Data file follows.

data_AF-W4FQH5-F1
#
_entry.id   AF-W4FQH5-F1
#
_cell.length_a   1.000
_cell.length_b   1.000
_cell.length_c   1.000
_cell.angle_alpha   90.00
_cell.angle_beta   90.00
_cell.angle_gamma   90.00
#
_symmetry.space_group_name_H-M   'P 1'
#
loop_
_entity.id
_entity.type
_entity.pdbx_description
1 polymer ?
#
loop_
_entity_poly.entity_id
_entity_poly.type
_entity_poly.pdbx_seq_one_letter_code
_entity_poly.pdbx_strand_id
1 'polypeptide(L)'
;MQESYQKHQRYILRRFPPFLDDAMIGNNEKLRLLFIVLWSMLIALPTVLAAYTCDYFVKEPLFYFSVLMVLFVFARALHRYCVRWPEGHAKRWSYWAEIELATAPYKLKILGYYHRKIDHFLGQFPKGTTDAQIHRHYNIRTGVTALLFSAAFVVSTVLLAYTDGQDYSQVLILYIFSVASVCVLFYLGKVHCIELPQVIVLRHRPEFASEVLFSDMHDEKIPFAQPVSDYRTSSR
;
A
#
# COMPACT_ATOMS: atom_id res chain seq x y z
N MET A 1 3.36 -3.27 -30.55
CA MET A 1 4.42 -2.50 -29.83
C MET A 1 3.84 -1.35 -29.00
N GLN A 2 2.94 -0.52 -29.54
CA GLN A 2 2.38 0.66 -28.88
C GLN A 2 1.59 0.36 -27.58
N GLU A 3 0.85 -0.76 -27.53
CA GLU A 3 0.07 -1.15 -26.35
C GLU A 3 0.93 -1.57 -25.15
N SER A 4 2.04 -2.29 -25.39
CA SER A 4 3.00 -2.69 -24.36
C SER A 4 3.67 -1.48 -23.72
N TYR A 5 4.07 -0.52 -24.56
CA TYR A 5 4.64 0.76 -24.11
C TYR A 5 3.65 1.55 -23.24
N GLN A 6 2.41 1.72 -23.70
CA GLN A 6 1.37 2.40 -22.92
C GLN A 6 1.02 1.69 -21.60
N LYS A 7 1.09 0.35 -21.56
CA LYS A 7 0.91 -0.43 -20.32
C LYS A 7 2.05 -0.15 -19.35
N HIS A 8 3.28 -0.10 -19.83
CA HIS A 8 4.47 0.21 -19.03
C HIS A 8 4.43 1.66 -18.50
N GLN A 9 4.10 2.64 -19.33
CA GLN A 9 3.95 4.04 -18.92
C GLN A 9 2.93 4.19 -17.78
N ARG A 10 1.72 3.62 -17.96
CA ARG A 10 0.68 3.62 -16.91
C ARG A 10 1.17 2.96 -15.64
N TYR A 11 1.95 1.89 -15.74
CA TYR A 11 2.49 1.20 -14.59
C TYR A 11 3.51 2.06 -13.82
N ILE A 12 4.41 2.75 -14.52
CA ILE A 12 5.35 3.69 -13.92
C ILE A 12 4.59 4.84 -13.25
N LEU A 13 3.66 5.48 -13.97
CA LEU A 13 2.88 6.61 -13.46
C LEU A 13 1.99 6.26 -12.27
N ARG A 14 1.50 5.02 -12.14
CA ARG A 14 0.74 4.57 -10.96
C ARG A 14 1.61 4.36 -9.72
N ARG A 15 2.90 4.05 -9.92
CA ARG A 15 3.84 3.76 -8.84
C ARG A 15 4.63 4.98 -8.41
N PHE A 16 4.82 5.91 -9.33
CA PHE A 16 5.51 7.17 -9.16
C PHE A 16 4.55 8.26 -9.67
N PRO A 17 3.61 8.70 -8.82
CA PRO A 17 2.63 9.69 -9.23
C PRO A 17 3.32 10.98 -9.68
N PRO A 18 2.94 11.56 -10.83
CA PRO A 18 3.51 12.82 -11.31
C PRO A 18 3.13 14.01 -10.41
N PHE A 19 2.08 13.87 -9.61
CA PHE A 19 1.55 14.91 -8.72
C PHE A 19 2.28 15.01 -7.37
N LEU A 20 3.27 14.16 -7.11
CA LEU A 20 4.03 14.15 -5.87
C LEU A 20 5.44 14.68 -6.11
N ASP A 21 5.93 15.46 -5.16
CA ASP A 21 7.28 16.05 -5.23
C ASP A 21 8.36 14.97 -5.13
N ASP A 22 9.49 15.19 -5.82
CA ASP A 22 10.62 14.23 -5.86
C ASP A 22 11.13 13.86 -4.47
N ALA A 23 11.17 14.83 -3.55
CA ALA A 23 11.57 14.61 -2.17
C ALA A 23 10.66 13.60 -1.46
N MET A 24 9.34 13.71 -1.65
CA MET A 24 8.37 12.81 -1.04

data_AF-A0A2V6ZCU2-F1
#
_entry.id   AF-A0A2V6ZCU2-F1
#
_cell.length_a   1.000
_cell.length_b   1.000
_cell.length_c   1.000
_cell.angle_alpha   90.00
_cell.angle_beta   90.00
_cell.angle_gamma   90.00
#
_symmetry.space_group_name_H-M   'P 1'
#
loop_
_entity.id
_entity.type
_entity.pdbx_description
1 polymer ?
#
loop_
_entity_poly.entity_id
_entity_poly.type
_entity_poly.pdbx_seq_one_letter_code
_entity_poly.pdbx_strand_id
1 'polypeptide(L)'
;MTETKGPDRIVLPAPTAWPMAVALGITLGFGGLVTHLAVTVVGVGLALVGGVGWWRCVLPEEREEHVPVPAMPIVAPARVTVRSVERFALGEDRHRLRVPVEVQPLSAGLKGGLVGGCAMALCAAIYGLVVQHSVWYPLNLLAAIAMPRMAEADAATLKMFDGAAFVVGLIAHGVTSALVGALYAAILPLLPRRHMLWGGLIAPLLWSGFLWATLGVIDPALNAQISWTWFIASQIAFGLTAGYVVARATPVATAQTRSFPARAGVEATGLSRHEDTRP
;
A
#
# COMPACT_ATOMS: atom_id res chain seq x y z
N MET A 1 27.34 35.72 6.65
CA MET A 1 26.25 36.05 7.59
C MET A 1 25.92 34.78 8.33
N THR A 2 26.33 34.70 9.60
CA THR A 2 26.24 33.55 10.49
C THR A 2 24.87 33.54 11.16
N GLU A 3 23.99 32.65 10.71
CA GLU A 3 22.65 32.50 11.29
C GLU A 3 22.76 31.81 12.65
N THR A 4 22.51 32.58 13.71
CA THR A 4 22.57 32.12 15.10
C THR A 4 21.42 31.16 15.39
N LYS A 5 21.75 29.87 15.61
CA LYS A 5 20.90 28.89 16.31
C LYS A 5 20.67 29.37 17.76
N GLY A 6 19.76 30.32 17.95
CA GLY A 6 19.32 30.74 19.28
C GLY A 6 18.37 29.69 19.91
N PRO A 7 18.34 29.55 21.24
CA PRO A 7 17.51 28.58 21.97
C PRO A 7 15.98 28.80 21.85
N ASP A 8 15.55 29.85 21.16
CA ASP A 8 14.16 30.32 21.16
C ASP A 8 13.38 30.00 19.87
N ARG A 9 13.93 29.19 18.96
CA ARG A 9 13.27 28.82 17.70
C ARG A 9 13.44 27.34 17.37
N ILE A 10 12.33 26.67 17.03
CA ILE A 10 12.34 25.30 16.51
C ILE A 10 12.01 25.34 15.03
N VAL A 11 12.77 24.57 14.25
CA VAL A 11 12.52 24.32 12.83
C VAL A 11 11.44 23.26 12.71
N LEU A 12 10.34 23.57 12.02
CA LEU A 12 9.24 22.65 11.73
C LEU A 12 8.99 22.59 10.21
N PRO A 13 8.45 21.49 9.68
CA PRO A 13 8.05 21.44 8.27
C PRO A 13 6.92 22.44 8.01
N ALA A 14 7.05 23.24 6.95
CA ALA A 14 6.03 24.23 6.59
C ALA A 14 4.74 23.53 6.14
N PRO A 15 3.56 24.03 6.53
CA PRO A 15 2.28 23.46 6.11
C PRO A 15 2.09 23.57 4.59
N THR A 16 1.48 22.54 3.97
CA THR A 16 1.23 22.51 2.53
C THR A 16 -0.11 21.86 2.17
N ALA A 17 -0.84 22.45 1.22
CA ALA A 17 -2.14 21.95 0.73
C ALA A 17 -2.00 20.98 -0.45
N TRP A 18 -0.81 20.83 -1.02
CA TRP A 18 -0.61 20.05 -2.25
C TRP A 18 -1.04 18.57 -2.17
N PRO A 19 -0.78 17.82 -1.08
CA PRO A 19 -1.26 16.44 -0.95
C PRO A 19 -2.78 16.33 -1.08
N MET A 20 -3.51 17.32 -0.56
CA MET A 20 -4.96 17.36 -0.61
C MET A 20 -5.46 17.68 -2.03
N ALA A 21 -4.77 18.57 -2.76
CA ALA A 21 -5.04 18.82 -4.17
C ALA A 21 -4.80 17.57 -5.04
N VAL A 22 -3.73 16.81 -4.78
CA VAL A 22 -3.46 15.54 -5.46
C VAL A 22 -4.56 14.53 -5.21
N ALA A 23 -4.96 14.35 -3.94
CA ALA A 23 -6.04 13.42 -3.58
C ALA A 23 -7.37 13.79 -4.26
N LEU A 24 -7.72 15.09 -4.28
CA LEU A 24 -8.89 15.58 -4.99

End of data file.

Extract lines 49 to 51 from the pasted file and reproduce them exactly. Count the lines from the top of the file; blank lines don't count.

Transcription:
N LYS A 7 1.09 0.35 -21.56
CA LYS A 7 0.91 -0.43 -20.32
C LYS A 7 2.05 -0.15 -19.35